If at First You Don't Succeed

My drive to and from school each day has taken on quite a change over the past few months. It used to be that I would set my XM radio (The Loft and The Spectrum are my stations of choice) for a commercial-free and concentration-free commute. Lately, though I have been listening to the Steve Hargadon interviews from FutureofEducation.com and Conversations.net multiple times and each time I seem to find something new to spark ideas and get me thinking about education and things I should try in the classroom. One of those ideas is to create some online content for my students to watch and review from my own lessons, similar to what I have been doing with those recordings.

I planned to set aside some time this summer to create these lessons. These would be topics that I will cover and discuss in class, but can be viewed in a less interactive but maybe more visual format as often as needed. My thought was that this type of lesson would lend itself very well to a discipline like math, where an example could be worked through and then put online for students to examine as many times as necessary. It just seems to make so much sense to create examples of some of the more important (I know, I know, they are ALL important :)) or at least the ones that are more difficult to understand.

I mentioned this to a colleague who teaches math and she seemed somewhat opposed to the idea saying that the students would not pay attention in class if they knew it was going to be online. I have heard similar concerns about placing notes online for a class.

Are these legitimate concerns? What are the arguments for this practice in order to convince those who have their doubts about its effectiveness? While I have every intention of continuing with my intended project, it would be nice to help others do something similar in their discipline that would be effective for them.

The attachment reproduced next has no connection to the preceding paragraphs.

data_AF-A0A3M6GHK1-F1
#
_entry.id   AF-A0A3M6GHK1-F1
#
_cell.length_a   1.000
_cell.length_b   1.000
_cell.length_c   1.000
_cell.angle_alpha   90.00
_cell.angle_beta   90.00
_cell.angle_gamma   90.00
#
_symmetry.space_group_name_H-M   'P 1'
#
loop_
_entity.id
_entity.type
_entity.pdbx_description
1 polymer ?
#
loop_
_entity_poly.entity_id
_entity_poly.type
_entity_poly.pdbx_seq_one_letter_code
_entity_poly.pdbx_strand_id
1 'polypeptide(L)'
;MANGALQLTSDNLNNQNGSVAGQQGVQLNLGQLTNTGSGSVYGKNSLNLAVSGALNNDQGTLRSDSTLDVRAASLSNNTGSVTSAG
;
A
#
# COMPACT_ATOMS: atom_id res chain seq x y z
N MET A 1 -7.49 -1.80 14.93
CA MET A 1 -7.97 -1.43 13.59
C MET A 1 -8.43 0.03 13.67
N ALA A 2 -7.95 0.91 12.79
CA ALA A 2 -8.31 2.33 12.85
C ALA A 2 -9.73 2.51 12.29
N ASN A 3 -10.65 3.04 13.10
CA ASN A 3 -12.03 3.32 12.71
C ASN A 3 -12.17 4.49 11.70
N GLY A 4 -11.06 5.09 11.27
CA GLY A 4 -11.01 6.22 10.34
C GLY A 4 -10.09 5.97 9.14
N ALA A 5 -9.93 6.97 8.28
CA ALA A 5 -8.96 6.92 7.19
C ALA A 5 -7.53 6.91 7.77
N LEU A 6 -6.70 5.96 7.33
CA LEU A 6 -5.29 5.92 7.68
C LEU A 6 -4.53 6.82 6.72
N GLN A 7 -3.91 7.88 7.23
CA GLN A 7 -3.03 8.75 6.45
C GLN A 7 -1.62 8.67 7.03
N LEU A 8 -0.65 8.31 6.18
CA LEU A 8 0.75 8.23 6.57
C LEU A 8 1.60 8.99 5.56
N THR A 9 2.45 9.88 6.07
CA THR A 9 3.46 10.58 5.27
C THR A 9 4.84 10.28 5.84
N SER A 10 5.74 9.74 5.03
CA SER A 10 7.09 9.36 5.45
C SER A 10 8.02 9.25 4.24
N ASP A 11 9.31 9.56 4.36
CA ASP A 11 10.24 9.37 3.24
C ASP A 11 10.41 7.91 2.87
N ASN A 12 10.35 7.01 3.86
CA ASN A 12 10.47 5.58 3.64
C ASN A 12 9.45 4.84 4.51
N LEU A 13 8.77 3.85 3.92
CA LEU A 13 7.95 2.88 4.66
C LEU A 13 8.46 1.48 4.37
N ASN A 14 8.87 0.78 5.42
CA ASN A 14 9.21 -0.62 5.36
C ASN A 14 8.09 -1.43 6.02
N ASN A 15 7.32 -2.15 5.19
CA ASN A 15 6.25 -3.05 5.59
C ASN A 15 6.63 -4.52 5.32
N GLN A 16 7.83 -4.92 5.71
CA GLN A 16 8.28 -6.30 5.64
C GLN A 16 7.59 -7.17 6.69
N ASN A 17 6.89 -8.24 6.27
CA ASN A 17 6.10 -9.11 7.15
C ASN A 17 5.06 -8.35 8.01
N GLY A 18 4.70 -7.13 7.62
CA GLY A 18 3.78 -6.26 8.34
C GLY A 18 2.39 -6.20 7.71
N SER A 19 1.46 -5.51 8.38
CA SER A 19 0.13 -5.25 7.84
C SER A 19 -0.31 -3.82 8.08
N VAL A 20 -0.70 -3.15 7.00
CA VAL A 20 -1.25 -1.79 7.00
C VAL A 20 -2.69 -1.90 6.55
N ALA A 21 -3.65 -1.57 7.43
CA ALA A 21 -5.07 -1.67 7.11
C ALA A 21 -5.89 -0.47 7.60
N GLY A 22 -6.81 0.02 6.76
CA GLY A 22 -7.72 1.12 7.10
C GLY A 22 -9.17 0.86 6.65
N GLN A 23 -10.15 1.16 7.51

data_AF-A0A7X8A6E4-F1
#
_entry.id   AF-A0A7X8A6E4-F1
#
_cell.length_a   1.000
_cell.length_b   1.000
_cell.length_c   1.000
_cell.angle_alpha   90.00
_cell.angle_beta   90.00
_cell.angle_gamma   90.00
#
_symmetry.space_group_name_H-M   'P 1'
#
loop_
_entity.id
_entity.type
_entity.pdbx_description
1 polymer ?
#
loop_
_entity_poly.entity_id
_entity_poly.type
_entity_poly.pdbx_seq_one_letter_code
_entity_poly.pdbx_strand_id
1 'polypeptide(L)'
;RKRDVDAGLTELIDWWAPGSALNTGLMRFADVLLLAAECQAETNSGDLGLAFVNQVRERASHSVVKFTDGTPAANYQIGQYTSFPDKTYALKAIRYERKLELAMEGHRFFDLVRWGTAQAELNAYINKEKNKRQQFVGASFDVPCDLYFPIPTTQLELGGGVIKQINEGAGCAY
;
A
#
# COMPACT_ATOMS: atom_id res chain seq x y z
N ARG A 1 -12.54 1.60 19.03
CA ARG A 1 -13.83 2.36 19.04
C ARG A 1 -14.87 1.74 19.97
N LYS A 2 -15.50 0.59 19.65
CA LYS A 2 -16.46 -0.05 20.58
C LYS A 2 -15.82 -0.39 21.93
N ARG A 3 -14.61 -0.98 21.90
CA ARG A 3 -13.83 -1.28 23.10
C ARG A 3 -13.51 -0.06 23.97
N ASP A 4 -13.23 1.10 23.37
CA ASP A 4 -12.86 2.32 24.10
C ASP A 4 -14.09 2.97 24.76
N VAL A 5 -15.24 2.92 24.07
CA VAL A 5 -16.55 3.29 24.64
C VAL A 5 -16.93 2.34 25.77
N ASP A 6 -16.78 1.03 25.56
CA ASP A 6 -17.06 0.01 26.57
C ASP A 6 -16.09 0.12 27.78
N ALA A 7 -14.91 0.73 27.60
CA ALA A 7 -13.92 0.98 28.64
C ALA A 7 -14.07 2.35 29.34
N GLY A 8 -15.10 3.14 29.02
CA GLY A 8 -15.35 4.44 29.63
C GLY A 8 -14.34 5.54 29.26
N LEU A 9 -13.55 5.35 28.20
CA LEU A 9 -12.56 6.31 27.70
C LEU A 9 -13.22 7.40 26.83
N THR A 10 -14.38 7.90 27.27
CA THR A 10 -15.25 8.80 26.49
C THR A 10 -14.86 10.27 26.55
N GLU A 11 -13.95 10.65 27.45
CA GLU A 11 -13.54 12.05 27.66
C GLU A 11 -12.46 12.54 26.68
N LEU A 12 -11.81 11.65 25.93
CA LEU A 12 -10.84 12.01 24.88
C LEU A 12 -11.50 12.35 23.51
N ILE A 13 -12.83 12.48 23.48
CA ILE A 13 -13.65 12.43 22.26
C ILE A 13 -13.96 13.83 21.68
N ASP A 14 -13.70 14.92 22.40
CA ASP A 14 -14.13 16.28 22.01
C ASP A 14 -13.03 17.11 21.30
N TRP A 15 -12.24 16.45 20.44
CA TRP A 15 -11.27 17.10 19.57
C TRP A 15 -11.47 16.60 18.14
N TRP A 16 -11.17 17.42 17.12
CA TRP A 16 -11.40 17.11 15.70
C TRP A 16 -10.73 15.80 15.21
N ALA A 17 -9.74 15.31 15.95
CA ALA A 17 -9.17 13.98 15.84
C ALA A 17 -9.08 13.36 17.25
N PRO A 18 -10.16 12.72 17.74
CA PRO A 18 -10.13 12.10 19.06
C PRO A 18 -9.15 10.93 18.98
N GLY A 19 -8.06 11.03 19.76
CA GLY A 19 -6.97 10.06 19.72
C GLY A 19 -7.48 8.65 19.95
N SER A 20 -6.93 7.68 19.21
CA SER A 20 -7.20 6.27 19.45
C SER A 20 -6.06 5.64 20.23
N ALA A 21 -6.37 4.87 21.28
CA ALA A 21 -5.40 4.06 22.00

Comments

  1. If your lesson could be completed online then so be it-let the kids complete it and stay home ;)

    I think any great lesson cannot be taught online. If you are only offering in class what can be read online then I think something is missing from the lesson.

    Yes, factual info can be transmitted online, but those deep conceptual connections and individualized questions and group conversations which push the kids to make those conceptual connections and connect them to other contexts can only take place in class.

    So to the teacher who said students wouldn't pay attention in her class, I would say then maybe her class isn't worth paying attention to if some words on the internet can replace the face-to-face time that her students spend with her.

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  2. Paul,
    I totally agree with you about the connections that can only be made in the classroom and through a discussion. I have been part of discussions and classes online that are very close to the classroom setting, though. My point for the math teacher was to give students an opportunity for multiple viewings of an example that the teacher leads the class through. Have you ever thought you had a grasp of something only to realize you didn't totally understand later? This may give them an opportunity to look at it again and reconnect if needed. After all, we can reread material as often as we would like. So why not do the same for examples?

    Thanks for the comments and insight. They are greatly appreciated.

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  3. Tom,
    I think your idea is well worth pursuing. This year, I have started to post some of my Notebook lessons on my class wiki. Not only can the students go back and review the lesson, but so too can their parents.
    The discussions moving through education increasingly focus on the teacher being the model/guide as students move into more higher-level thinking and drive their learning. Your suggestion blends well with this concept.
    I would be interested to see/know what tools you use to present your lessons as I too would like to spend more time this summer moving in that direction.
    @hdurnin

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